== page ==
Do you have a real-life do-gooding dilemma? Please send it to firstname.lastname@example.org.
Dear My Goodness,
It seems to me I should be donating money in response to the oil spill in the Gulf of Mexico. The nonprofits that are cleaning animals are obvious choices, but I was thinking more about the people who are suffering economically from the disaster—fishing families, for example. But I am having trouble wading through the options. Also, should I boycott BP? Doesn't that harm our local businesses?
—Virginia in Atlanta
I have long red hair and have donated about 3 feet of it to Locks of Love in the past 10 years. I'm getting ready for a haircut and wonder if I could donate it to make booms to soak up oil.
—Katherine in Tucson
I hate the photos of the pelicans covered in oil. What can I do? I'm willing to take off from work and rescue birds.
—Tamara in Santa Monica, Calif.
Dear Virginia, Katherine, and Tamara,
My Goodness has received many letters like yours from people wishing to respond in some personal way—with money, volunteer hours, or their hair. Unfortunately there seems to be no single volunteer clearinghouse to harness these good impulses efficiently. The Coast Guard and BP have authority, with the U.S. Fish and Wildlife Service and environmental groups focusing on bird and animal rescue. Unfortunately, there's no spill volunteer czar, but here are some suggestions to help sort out what is helpful and what is not.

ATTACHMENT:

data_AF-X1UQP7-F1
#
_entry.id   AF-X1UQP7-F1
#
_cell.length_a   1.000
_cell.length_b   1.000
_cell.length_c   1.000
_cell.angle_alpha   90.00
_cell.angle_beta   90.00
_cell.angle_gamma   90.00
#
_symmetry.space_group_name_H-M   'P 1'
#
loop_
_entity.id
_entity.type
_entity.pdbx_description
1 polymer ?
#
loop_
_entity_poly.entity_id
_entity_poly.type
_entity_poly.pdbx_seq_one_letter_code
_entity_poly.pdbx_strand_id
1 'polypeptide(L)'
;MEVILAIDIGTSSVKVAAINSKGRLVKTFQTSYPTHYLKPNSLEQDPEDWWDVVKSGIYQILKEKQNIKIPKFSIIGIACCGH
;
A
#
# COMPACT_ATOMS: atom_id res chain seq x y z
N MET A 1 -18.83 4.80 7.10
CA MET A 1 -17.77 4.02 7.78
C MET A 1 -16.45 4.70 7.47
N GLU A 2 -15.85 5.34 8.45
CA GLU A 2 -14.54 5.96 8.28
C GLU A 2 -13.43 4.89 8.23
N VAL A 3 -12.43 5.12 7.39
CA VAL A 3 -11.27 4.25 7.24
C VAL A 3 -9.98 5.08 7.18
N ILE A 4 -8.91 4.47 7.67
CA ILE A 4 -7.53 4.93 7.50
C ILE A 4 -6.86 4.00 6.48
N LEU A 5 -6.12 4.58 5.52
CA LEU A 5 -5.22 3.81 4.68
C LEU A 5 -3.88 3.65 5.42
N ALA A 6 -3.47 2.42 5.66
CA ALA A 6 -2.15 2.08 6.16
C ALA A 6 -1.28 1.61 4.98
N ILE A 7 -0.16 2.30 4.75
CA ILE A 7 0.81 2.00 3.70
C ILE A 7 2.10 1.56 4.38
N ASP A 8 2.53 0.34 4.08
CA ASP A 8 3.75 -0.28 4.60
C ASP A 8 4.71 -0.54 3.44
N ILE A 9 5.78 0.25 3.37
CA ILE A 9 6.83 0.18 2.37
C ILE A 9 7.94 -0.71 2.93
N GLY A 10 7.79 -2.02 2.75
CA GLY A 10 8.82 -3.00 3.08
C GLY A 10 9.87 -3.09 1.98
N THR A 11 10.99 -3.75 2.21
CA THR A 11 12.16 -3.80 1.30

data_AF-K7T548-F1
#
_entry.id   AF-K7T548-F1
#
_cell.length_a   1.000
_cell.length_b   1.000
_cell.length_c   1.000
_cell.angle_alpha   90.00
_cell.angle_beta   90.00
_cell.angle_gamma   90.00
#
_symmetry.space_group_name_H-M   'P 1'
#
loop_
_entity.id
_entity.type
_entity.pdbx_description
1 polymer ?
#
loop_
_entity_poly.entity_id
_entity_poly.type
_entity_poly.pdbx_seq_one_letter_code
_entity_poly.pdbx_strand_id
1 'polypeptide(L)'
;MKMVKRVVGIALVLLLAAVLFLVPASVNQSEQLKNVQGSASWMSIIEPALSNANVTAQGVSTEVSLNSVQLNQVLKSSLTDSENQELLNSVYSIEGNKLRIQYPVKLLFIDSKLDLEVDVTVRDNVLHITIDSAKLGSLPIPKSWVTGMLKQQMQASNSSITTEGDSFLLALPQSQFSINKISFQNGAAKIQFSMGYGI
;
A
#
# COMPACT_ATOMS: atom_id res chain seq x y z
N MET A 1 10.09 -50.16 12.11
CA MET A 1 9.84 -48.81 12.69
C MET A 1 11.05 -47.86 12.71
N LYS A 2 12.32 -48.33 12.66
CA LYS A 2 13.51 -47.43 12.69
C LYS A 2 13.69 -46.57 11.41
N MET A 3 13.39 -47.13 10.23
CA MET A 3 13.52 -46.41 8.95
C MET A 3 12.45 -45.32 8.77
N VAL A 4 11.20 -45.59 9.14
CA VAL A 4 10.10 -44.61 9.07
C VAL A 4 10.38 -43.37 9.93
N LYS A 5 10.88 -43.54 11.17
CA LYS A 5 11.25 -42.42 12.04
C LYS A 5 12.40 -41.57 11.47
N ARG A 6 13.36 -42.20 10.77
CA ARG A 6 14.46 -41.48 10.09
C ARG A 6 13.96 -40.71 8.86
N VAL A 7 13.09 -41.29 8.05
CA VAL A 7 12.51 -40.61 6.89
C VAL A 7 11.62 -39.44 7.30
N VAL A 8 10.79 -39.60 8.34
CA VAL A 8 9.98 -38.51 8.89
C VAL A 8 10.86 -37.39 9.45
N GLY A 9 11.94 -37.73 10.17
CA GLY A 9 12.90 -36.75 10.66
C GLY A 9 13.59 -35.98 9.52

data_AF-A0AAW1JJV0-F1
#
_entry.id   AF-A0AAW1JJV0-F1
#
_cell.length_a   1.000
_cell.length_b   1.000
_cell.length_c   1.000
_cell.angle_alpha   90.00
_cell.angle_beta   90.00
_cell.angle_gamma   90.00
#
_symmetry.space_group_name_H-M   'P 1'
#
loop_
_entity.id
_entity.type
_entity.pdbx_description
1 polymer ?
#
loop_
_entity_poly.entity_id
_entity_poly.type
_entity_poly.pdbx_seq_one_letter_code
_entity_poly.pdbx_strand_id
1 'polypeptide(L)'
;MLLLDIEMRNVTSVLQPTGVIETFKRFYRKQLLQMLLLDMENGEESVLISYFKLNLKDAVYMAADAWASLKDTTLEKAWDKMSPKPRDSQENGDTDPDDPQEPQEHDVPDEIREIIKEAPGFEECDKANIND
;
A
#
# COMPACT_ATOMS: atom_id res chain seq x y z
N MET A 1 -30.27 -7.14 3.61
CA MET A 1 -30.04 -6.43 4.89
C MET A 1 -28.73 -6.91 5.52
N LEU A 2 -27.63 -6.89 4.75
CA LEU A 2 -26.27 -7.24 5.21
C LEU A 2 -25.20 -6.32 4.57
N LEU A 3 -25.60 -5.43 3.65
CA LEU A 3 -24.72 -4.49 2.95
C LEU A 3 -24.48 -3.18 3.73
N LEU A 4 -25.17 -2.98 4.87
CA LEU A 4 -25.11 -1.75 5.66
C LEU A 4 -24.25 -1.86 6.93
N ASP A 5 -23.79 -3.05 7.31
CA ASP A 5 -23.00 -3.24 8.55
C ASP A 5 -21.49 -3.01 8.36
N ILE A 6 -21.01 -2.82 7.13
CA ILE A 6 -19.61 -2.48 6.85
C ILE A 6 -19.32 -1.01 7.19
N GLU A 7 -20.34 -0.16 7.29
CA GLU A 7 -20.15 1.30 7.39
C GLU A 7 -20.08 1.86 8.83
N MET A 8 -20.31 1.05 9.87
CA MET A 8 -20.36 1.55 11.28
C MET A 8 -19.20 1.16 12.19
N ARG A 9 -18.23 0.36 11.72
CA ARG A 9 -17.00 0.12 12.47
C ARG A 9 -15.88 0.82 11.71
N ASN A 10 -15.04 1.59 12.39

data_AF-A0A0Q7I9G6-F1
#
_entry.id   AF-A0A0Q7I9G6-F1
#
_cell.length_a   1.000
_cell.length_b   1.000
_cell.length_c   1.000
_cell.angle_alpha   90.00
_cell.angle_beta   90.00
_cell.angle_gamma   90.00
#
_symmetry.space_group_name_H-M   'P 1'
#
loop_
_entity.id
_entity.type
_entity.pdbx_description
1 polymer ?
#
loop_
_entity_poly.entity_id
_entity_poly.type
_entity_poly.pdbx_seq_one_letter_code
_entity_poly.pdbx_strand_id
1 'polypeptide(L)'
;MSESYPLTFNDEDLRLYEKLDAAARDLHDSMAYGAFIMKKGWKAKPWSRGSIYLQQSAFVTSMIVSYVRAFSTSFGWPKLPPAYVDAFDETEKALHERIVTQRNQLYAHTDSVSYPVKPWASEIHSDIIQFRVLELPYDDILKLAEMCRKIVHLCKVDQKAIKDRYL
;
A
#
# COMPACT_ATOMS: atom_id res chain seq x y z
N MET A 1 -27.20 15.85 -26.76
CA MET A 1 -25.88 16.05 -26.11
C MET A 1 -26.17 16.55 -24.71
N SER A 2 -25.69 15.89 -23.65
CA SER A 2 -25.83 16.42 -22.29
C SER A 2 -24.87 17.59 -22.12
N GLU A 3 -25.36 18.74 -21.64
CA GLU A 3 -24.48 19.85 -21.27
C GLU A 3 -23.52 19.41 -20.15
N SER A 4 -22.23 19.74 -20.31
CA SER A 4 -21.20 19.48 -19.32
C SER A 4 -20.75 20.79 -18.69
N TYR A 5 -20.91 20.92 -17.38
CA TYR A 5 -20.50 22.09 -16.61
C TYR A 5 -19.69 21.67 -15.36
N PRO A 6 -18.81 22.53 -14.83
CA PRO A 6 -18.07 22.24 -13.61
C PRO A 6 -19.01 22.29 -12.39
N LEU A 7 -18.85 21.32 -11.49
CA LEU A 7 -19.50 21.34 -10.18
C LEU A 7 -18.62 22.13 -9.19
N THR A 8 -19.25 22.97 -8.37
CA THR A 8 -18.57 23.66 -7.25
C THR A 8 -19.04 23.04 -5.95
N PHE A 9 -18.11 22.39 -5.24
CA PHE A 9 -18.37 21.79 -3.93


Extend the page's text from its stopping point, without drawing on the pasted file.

Your local church or service organization may have a sister group in an affected Gulf city—and that's a great place to start looking for a home for your charitable dollars. Virginia, bless her, wrote back that she'd just learned her church's relief agency was working in affected communities, and she gave to it.
As to whether to boycott BP, there is an organized movement, complete with a Facebook presence. Boycotts sometimes work, but it's worth noting that the BP station on the corner is a franchise owned by a local businessperson, who will absorb the initial effect. A brilliant column by Sharon Begley explored whether it's really so great to pass by BP and give your dollars to Exxon or any other oil company. If you want to punish the whole industry, stop driving.
Altruistic gifts of hair are a great American tradition. Jo, the protagonist in Little Women, cut off her chestnut locks—"her one beauty"—to pay for her mother's trip to visit Father March in a Civil War hospital. More recently and nonfictionally, Yankees outfielder Nick Swisher donated a year's worth of hair to be made into wigs for women who'd lost their hair during cancer chemotherapy (this in memory of the grandmother who raised him).